On the eleventh hour of the eleventh day of the eleventh month in 1918 the guns fell silent. World War One was over.
It was a day marked at Buckingham Palace in London as Queen Mary appeared on the balcony with thousands in the Mall celebrating.
Armistice Day was born, an event that set the trend across the world for decades to come.
Two years ago the Duke and Duchess of Cambridge marked the centenary of the start of World War One by planting ceramic poppies at the Tower of London in memory of almost one million British and Empire soldiers who died in the trenches.
The red flower has become a potent symbol of the blood which was spilled and the sacrifice of those who lost their lives in the conflict.
The poppy flourished in the fields of Flanders in Belgium which was engaged in the war from its start to end. It is here that thousands of soldiers of many nationalities rest.
On the walls of the Menin Gate in Ypres – a sector where five battles took place during the four year conflict – visitors can see the names of their ancestors who perished. More than 54,000 British and Commonwealth soldiers whose bodies have no known grave are included in the list. Australian Stephen Vassee placed a poppy beside one name.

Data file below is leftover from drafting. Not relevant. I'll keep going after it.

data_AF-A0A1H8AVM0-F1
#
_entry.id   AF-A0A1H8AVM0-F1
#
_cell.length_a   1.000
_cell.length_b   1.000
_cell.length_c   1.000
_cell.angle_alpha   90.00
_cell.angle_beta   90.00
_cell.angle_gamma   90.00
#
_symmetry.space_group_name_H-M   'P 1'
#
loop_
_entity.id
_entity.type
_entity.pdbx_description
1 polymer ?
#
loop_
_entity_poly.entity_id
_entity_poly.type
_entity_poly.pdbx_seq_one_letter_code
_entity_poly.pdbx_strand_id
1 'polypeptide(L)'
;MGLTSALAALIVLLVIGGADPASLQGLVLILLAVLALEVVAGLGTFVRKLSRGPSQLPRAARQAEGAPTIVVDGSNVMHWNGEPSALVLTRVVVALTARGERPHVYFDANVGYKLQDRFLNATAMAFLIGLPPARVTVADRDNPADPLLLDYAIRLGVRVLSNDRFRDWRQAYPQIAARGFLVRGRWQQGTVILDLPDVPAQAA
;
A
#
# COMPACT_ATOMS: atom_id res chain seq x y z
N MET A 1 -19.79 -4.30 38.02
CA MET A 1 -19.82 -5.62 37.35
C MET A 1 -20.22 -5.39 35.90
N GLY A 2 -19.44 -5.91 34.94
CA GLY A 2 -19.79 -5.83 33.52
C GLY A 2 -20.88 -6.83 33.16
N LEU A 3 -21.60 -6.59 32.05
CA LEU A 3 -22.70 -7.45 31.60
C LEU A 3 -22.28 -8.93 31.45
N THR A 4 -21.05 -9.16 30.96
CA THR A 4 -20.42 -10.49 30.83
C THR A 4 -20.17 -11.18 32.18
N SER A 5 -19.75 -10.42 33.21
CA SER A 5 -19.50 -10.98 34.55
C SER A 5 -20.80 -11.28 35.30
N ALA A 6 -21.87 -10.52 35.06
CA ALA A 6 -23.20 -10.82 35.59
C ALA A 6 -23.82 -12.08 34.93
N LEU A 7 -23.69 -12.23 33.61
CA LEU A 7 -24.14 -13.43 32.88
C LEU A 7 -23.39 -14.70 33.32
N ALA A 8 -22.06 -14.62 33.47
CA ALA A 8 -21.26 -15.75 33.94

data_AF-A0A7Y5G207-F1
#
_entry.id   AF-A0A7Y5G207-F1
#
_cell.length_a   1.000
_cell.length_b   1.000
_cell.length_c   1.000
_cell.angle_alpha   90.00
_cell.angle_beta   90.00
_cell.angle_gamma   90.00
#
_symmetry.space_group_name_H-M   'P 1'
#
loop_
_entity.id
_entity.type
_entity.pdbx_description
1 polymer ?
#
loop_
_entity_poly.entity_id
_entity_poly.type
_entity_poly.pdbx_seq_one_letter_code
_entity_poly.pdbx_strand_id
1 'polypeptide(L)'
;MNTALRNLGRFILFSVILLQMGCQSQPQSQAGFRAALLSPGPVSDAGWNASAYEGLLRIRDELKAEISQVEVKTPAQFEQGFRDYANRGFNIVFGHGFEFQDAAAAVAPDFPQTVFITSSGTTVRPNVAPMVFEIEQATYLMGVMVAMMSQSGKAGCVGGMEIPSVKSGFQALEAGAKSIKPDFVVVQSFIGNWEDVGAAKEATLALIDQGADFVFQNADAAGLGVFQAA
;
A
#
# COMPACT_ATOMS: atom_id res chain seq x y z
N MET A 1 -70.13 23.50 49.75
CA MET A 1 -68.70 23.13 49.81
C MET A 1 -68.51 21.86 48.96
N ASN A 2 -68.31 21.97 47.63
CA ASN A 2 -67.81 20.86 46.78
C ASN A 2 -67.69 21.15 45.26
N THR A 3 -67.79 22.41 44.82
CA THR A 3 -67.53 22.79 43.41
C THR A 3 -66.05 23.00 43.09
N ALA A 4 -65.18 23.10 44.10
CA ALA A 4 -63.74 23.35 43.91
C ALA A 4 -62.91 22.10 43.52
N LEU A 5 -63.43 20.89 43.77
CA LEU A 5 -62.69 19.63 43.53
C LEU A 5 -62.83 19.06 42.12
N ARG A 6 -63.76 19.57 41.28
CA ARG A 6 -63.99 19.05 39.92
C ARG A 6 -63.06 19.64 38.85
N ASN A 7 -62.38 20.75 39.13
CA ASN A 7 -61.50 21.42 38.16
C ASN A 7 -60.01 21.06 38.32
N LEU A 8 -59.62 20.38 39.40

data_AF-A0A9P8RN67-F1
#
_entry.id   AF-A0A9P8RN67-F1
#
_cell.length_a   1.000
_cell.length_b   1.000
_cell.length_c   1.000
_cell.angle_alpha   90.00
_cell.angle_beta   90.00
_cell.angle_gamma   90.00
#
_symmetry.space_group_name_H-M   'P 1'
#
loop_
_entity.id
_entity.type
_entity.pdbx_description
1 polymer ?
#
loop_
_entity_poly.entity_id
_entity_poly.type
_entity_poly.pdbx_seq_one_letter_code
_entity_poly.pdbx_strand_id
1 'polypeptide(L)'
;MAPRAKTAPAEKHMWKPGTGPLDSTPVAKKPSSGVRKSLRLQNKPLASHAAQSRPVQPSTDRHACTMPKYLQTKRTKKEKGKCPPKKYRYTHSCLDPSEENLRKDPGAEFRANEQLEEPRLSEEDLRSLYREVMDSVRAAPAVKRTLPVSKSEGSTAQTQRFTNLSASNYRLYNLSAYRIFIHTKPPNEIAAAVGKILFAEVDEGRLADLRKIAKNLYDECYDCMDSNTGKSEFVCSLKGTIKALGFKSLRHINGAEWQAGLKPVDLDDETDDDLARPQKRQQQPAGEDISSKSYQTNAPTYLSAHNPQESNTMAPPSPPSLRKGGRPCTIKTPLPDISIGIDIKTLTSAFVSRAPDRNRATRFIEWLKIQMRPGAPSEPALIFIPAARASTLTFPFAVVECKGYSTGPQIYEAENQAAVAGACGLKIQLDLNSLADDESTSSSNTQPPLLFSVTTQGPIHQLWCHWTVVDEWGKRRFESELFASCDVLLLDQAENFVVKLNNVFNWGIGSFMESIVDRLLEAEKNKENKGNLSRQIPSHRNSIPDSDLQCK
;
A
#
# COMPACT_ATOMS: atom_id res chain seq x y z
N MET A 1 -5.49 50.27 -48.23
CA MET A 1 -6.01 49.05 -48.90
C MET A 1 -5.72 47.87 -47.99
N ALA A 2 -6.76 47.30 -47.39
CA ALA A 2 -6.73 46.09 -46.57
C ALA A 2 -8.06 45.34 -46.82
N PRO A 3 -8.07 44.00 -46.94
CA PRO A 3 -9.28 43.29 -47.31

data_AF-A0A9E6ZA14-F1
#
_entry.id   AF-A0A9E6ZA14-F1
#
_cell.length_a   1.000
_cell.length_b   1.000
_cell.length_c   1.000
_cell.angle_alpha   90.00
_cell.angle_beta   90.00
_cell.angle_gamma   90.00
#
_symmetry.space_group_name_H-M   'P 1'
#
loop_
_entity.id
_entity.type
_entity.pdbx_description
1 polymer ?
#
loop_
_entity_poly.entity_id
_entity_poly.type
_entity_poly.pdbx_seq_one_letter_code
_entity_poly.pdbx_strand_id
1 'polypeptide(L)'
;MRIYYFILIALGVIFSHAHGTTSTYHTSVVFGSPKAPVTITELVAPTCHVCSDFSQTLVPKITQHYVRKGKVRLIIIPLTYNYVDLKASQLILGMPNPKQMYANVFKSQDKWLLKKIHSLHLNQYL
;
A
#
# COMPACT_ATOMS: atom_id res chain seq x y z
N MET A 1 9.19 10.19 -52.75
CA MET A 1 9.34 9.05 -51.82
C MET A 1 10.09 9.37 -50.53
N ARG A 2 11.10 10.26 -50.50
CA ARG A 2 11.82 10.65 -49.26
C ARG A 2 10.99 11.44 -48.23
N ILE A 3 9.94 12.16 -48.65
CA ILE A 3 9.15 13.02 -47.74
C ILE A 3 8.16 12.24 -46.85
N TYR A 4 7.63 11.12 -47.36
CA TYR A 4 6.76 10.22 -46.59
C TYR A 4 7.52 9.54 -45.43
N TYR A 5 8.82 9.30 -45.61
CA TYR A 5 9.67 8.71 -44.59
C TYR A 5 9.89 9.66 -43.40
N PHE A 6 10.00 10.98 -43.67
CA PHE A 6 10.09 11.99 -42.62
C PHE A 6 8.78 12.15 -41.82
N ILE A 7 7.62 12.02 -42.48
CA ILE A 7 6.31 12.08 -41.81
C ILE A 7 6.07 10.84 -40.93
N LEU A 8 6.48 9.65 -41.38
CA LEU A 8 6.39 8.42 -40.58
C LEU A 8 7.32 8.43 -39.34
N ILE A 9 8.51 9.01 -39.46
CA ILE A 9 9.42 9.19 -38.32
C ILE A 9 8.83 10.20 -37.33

“It’s my wife’s great-uncle. He was killed at Polygon Wood on October 7, 1917,” he explained.
The memories of those who died in what was one of the bloodiest conflicts have been handed down from generation to generation so great was the trauma of the war and the effect it had on families.
But it is not only for those who lost a distant relative. It is also to mark four years which transformed the world in which we live. It changed beyond recognition and set in motion future events.
“It was a hundred years ago, World War One, but it is still shaping the world in which we live. Without that war, we might not have had the disappearance of Austria-Hungary and the Ottoman Empires. I think we most certainly wouldn’t have had the Bolsheviks seizing power in Russia in 1917. And when you think of what flowed from that – it shaped the whole of the 20th century. And the First World War also created the circumstances within the Second World War became possible,” opined Professor Margaret MacMillan, Oxford University historian.
More than thirty nations were involved in what is known as the Great War. There are no survivors.
The poppy was first worn in 1921 and has now become a symbol of those who fell in the World War II and in other conflicts like Afghanistan.